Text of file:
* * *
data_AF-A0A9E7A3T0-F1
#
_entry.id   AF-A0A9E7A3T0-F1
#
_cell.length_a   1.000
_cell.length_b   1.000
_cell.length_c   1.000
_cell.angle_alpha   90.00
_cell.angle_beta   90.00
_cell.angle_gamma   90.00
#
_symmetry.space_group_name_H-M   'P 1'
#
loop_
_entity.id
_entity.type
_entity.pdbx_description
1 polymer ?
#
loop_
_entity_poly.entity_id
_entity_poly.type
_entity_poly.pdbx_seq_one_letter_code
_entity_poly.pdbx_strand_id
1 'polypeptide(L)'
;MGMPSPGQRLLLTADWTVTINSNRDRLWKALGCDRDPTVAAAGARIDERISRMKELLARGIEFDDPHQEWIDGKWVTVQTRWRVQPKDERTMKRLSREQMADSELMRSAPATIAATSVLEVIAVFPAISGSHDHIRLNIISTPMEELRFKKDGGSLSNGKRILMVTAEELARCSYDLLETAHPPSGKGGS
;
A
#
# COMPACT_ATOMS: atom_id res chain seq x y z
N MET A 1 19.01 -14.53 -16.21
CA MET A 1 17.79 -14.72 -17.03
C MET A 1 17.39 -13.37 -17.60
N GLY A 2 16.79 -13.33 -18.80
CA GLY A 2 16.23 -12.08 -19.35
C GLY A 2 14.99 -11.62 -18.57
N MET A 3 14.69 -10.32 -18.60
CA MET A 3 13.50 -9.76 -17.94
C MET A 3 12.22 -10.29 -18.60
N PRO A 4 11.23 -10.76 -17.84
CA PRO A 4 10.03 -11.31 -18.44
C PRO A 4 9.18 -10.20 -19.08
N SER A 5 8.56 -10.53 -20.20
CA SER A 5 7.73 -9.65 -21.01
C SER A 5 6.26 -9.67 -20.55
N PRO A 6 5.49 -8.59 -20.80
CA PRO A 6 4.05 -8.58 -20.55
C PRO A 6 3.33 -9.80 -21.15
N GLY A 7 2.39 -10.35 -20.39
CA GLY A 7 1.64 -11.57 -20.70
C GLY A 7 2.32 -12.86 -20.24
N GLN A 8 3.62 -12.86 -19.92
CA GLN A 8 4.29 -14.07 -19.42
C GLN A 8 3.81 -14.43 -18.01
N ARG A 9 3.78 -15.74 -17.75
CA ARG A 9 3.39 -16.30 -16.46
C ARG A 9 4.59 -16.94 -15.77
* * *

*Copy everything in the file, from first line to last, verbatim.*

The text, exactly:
data_AF-A0A9E7A3T0-F1
#
_entry.id   AF-A0A9E7A3T0-F1
#
_cell.length_a   1.000
_cell.length_b   1.000
_cell.length_c   1.000
_cell.angle_alpha   90.00
_cell.angle_beta   90.00
_cell.angle_gamma   90.00
#
_symmetry.space_group_name_H-M   'P 1'
#
loop_
_entity.id
_entity.type
_entity.pdbx_description
1 polymer ?
#
loop_
_entity_poly.entity_id
_entity_poly.type
_entity_poly.pdbx_seq_one_letter_code
_entity_poly.pdbx_strand_id
1 'polypeptide(L)'
;MGMPSPGQRLLLTADWTVTINSNRDRLWKALGCDRDPTVAAAGARIDERISRMKELLARGIEFDDPHQEWIDGKWVTVQTRWRVQPKDERTMKRLSREQMADSELMRSAPATIAATSVLEVIAVFPAISGSHDHIRLNIISTPMEELRFKKDGGSLSNGKRILMVTAEELARCSYDLLETAHPPSGKGGS
;
A
#
# COMPACT_ATOMS: atom_id res chain seq x y z
N MET A 1 19.01 -14.53 -16.21
CA MET A 1 17.79 -14.72 -17.03
C MET A 1 17.39 -13.37 -17.60
N GLY A 2 16.79 -13.33 -18.80
CA GLY A 2 16.23 -12.08 -19.35
C GLY A 2 14.99 -11.62 -18.57
N MET A 3 14.69 -10.32 -18.60
CA MET A 3 13.50 -9.76 -17.94
C MET A 3 12.22 -10.29 -18.60
N PRO A 4 11.23 -10.76 -17.84
CA PRO A 4 10.03 -11.31 -18.44
C PRO A 4 9.18 -10.20 -19.08
N SER A 5 8.56 -10.53 -20.20
CA SER A 5 7.73 -9.65 -21.01
C SER A 5 6.26 -9.67 -20.55
N PRO A 6 5.49 -8.59 -20.80
CA PRO A 6 4.05 -8.58 -20.55
C PRO A 6 3.33 -9.80 -21.15
N GLY A 7 2.39 -10.35 -20.39
CA GLY A 7 1.64 -11.57 -20.70
C GLY A 7 2.32 -12.86 -20.24
N GLN A 8 3.62 -12.86 -19.92
CA GLN A 8 4.29 -14.07 -19.42
C GLN A 8 3.81 -14.43 -18.01
N ARG A 9 3.78 -15.74 -17.75
CA ARG A 9 3.39 -16.30 -16.46
C ARG A 9 4.59 -16.94 -15.77